In the past week and a half, Lululemon has been facing an avalanche of negative press, related to reports of "pilling" in newly-purchased yoga pants. The activewear company's CEO Chip Wilson didn't help matters when he said, in a video interview with Bloomberg TV, that Lululemon might not be responsible for the quality issues.
"Quite frankly, some women's bodies actually just don't work for [the pants]. They don't work for some women's bodies," said Wilson. "It's really about the rubbing through the thighs, how much pressure is there, and over a period of time how much they use it."
We're not surprised that some women are taking their business elsewhere.
And that's where startup Cory Vines comes in. A relative newcomer to the athletics apparel space (earlier this year, Forbes called it "the Warby Parker of activewear"), the e-commerce site is reporting a staggering sales boost in the wake of Lululemon's recent batch of controversies.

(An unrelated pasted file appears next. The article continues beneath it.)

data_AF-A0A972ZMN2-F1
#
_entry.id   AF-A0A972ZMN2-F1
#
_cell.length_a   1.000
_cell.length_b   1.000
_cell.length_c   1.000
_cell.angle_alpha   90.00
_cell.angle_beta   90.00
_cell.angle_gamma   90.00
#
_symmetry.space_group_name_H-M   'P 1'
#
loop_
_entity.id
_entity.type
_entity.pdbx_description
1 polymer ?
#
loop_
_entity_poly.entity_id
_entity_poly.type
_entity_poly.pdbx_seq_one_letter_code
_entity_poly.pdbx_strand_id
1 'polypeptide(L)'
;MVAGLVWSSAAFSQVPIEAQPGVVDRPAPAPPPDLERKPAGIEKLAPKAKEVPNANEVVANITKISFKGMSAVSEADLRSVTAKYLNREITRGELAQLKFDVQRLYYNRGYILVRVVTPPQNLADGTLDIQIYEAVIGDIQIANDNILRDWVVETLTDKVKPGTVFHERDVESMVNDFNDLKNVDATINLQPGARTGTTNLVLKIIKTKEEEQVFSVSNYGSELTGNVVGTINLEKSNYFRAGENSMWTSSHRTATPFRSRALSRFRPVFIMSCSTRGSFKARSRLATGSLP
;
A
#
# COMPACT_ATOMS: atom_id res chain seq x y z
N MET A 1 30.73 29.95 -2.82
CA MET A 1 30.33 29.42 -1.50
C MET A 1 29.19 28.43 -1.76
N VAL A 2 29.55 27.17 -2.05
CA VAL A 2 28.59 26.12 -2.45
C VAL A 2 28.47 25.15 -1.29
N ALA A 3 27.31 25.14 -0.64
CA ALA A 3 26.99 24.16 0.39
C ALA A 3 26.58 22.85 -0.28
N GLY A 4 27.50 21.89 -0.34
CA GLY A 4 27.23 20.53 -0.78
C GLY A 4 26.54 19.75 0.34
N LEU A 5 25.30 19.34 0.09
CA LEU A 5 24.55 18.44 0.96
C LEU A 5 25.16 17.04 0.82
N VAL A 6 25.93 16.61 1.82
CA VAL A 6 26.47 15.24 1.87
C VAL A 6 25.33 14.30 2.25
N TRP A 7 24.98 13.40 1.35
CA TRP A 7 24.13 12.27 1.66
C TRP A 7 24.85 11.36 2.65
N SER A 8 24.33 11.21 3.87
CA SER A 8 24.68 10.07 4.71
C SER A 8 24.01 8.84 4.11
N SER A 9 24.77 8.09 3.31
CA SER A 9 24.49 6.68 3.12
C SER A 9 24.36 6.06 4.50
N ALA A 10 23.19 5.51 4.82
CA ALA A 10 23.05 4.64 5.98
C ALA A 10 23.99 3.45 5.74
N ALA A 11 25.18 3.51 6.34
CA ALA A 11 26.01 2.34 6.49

A Cory Vines representative told me that the company has seen a 400% increase in leggings sales (compared to the weekly average) since November 1, when the "pilling" issues were first being reported. The company's leggings retail for about $45, which is less than half the price of a pair from Lululemon.
I asked CEO Daniel Lieberman why he thinks Lululemon is facing all these quality control issues and what Cory Vines was doing differently, in terms of production and sourcing.
“I have no firsthand knowledge of what’s causing Lululemon’s issues, but I can make a few guesses. The original see-through problem may have happened because of a break in their supply chain in Taiwan, and the pilling problem may have happened because they tried to fix the see-through issue by using a heavier fabric,” Lieberman said over email. “We source our leggings in Canada and do all of the manufacturing here, so we have exceptional control over the whole process. So far, that has paid off for us with a return rate of less than 1% and – thankfully – compliments about our quality rather than complaints.”